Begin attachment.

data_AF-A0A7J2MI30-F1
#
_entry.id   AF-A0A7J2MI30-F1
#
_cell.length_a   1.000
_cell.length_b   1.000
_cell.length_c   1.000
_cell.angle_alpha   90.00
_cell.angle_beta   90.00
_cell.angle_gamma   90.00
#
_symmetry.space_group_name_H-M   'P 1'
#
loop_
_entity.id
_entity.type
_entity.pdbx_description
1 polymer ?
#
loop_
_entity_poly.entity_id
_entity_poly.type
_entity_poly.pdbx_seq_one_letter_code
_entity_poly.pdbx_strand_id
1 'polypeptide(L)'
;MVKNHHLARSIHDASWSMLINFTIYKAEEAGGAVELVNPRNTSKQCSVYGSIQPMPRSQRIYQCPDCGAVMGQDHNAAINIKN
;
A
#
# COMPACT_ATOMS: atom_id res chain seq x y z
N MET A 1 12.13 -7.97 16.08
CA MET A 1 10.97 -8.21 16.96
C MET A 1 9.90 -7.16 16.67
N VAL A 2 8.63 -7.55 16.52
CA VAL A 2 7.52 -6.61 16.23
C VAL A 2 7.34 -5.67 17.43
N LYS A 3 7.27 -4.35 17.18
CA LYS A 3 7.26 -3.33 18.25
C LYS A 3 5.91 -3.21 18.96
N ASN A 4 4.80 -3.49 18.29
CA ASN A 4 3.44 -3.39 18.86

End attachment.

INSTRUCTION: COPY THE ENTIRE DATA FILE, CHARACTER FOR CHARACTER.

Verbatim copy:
data_AF-A0A7J2MI30-F1
#
_entry.id   AF-A0A7J2MI30-F1
#
_cell.length_a   1.000
_cell.length_b   1.000
_cell.length_c   1.000
_cell.angle_alpha   90.00
_cell.angle_beta   90.00
_cell.angle_gamma   90.00
#
_symmetry.space_group_name_H-M   'P 1'
#
loop_
_entity.id
_entity.type
_entity.pdbx_description
1 polymer ?
#
loop_
_entity_poly.entity_id
_entity_poly.type
_entity_poly.pdbx_seq_one_letter_code
_entity_poly.pdbx_strand_id
1 'polypeptide(L)'
;MVKNHHLARSIHDASWSMLINFTIYKAEEAGGAVELVNPRNTSKQCSVYGSIQPMPRSQRIYQCPDCGAVMGQDHNAAINIKN
;
A
#
# COMPACT_ATOMS: atom_id res chain seq x y z
N MET A 1 12.13 -7.97 16.08
CA MET A 1 10.97 -8.21 16.96
C MET A 1 9.90 -7.16 16.67
N VAL A 2 8.63 -7.55 16.52
CA VAL A 2 7.52 -6.61 16.23
C VAL A 2 7.34 -5.67 17.43
N LYS A 3 7.27 -4.35 17.18
CA LYS A 3 7.26 -3.33 18.25
C LYS A 3 5.91 -3.21 18.96
N ASN A 4 4.80 -3.49 18.29
CA ASN A 4 3.44 -3.39 18.86